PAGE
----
Energy Management Solutions
We are quite capable of doing energy audits but are rarely called upon to do so unless the customer is really looking for some answers and a scope of work to solve them. Both the gas company and the co-op have basically free energy audits. These skim the surface of what needs to be done and leave the customer with a report and the same high energy bills. We can look at the home envelope and door blower door tests and such, but the leading contributor to high bills is the heating plant in the home. You can change all the light bulbs you want and maybe you get a fuzzy feeling, but the monster in the basement is usually an energy sucking pig.
As the owner of the company I got certified to do energy audits and perform blower door tests. I wish I did this more often because it is really fun. It is always amazing how much air can leak through a beautiful home and how upset a builder gets when he finds out the home is a sieve. I really feel for the contractor because it is really hard to build a structure like that and the attention to detail is incredible. To truly build a tight structure it requires attention during all construction phases. It can be done but the customer needs to embrace the added time and cost associated with detailing the shell of the structure. Being involved when the test is being performed is important. The air leakage from your home is dollars flying out the cracks and it can be minimized by attention to detail.
Along with blower door tests we also perform “duct blasting”. This certifies the amount of leakage that your ducting has. This leakage is dollars spewing out. Most ducting, even when assembled properly, is quite leaky. If this ducting is in an un-conditioned space we have the potential for a great amount of heat loss or gain. Sealing and insulating in necessary but it is best to do a before and after test to really quantify the performance.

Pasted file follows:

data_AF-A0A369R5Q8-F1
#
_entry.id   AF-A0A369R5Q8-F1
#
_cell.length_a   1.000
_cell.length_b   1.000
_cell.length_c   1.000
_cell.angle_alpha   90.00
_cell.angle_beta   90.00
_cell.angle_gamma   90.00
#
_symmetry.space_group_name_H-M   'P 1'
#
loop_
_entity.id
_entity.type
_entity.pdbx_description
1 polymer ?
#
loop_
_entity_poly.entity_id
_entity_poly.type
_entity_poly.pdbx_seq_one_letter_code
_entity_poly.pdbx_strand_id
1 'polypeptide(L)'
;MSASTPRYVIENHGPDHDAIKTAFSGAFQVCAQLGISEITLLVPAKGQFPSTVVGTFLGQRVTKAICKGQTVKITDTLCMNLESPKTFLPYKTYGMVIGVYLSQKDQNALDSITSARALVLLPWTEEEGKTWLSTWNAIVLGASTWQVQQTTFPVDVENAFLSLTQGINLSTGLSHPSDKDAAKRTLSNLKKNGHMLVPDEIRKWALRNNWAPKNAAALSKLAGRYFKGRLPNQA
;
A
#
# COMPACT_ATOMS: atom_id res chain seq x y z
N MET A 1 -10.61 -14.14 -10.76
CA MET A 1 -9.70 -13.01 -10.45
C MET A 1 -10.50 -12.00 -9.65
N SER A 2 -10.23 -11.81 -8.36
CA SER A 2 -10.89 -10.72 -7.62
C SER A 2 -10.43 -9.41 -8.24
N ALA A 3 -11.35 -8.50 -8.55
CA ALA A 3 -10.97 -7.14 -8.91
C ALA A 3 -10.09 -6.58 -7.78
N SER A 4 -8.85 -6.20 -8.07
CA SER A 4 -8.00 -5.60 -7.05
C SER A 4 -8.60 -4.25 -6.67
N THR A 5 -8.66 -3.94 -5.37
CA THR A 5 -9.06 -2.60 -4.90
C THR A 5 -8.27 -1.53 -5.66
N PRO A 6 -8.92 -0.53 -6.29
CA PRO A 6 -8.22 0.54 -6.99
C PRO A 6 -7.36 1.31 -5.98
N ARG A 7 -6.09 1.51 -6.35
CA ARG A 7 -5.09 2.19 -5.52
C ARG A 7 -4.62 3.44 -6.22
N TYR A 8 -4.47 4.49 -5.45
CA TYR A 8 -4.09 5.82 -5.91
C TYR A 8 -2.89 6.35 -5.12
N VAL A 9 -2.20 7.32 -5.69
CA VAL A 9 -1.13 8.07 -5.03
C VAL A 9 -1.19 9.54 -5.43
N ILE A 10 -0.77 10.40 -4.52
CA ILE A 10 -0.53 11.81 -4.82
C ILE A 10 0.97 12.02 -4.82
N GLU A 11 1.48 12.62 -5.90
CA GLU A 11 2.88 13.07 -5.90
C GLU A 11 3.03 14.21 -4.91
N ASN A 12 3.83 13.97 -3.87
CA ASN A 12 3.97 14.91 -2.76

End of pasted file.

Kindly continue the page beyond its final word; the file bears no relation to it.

Pressure balancing is absolutely fascinating home and building diagnostics. Typically it is discovering differences between sections of a home or building that influence the indoor air quality or comfort of the home. The most common test in our area is the pressure difference between crawl space and the main level of the home. We have so many crawl spaces and lots of equipment and ducting stuck down there that problems occur quite naturally. Because ducting leaks, this influences the pressure in the crawl space. We measure this with highly accurate meters that read in “Pascals”. As soon as the furnace blower comes on, the pressure turns negative and all that air from crawl space gets pulls into the return. This is inefficient and potentially dangerous if the furnace is also drawing combustion air from this space.
We also check for “stack effect” which is the natural movement of warm air towards the ceiling of the home. This also puts the lower portion of the home (many times the crawl space) into a negative pressure which draws in cold air from the leaky vents and promotes further heat loss and uncomfortable people. The warm air rising will leak into the attic from light fixtures and ducting penetrations. This creates ice dams and all kinds of moisture issues in the roof sheathing. It is hard to believe, but most attic moisture issues are actually created by the moisture in the crawl space flowing up into the attic from any number of holes and penetrations.
Our connection to our heating and cooling systems and ultimately our comfort is a very important component of any type of system. Thermostats come in many shapes and sizes as well any number of functions. It is a bit silly to choose a thermostat for its appearance, but the designers try to blend in a form and function to take a liking to that little box on the wall. The round Honeywell T87F has been around so long that when you signal to someone to “crank up the heat” the hand gestures will be a clockwise turn of the palm. While that thermostat is no longer produced because it contained mercury, it outlived it design anyway.